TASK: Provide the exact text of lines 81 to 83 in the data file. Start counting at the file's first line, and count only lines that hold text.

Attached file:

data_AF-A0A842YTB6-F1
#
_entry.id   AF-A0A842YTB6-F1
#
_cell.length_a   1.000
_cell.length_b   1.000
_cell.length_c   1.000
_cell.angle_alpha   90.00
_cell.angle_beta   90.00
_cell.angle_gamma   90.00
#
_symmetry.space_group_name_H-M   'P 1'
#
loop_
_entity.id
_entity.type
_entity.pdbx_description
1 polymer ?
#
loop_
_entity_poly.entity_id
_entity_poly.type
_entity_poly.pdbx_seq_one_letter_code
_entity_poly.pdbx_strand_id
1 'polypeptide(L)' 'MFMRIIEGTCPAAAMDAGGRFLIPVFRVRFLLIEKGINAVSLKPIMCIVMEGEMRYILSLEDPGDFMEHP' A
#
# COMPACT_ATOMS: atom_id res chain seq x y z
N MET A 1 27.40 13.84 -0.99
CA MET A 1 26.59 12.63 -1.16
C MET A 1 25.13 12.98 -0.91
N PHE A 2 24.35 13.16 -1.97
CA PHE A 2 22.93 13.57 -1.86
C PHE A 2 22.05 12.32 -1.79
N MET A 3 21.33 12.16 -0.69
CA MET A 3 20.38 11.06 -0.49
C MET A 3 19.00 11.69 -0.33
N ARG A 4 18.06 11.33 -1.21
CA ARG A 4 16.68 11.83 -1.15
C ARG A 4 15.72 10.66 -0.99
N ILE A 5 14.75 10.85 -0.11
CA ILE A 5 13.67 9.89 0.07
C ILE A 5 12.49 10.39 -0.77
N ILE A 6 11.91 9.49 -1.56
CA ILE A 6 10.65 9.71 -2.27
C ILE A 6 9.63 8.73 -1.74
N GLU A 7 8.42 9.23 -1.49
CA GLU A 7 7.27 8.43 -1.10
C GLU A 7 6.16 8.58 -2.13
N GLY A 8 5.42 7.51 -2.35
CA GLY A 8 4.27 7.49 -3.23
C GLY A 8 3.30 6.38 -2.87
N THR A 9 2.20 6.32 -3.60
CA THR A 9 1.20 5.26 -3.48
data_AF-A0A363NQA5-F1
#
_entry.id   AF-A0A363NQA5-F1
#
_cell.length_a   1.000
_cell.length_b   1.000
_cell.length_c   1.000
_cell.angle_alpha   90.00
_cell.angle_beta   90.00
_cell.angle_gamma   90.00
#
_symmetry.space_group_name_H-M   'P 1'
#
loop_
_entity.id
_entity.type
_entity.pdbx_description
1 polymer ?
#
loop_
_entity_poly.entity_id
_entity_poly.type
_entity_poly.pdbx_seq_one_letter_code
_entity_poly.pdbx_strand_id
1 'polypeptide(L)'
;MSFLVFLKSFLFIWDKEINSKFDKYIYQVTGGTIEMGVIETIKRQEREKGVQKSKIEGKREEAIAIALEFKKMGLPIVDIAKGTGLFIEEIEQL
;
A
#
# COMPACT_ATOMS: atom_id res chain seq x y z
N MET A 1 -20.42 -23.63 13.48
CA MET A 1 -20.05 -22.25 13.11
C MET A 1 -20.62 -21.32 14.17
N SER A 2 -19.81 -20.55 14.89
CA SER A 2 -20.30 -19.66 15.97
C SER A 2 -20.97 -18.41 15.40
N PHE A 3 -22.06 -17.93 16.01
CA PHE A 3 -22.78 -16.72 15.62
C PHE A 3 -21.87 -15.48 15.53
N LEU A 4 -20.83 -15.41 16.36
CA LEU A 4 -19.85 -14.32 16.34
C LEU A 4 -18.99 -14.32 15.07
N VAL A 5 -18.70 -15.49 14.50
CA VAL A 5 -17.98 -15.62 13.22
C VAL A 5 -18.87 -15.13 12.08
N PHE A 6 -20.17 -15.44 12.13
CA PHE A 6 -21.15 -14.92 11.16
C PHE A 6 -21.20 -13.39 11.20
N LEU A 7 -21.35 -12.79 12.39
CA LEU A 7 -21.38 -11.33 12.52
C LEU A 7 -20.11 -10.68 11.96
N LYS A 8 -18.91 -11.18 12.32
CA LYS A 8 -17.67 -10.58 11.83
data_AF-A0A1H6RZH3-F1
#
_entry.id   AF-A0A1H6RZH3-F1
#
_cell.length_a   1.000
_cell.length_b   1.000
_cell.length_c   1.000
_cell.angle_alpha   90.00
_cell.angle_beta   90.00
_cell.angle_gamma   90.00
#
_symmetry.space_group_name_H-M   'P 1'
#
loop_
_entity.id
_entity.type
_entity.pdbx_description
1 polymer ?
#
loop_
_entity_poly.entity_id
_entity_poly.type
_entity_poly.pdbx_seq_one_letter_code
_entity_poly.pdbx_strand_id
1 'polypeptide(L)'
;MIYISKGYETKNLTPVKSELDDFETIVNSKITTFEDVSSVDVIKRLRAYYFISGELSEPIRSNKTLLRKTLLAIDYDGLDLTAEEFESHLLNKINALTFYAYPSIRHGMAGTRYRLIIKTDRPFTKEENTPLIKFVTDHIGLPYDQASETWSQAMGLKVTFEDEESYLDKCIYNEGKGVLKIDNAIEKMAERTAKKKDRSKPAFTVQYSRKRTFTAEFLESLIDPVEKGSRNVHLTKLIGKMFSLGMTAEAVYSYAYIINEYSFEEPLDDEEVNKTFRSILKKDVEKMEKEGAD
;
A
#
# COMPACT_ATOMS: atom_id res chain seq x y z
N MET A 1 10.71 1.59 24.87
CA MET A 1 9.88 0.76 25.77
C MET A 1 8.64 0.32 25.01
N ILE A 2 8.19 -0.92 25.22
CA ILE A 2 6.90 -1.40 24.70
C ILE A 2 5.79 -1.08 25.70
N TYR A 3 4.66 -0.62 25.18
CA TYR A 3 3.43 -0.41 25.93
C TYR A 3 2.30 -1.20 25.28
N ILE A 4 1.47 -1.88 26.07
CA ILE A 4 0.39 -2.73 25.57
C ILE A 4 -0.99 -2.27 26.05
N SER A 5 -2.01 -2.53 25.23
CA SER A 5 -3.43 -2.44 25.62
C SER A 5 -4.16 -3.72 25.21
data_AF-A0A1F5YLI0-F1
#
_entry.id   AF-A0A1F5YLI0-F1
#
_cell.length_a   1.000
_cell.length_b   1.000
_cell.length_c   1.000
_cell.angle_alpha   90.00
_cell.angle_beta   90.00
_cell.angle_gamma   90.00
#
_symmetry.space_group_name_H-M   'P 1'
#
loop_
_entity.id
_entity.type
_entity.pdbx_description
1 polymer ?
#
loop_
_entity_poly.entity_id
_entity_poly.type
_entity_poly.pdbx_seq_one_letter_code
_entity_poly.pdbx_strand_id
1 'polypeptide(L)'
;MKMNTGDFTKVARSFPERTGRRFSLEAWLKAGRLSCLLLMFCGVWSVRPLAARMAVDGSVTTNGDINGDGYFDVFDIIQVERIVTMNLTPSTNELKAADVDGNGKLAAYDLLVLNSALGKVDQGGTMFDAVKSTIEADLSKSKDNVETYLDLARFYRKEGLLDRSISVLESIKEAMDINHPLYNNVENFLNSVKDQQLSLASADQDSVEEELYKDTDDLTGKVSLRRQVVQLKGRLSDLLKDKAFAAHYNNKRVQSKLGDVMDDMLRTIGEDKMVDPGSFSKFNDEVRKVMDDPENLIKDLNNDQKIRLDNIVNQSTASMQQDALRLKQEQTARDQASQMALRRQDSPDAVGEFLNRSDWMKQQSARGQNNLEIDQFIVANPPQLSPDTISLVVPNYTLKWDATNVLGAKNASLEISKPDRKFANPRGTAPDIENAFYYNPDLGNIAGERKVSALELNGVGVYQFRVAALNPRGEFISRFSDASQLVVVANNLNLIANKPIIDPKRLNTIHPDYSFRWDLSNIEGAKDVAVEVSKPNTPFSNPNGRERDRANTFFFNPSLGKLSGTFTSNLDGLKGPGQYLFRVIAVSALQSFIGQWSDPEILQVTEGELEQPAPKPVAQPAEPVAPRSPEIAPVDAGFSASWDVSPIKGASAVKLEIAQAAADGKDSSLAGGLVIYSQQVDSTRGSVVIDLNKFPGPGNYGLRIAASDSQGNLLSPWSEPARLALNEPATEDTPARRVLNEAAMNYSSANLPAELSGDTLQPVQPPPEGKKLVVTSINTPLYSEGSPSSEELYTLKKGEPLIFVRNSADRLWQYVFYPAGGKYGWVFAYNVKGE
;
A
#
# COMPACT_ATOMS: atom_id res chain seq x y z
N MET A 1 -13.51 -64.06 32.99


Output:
A
#
# COMPACT_ATOMS: atom_id res chain seq x y z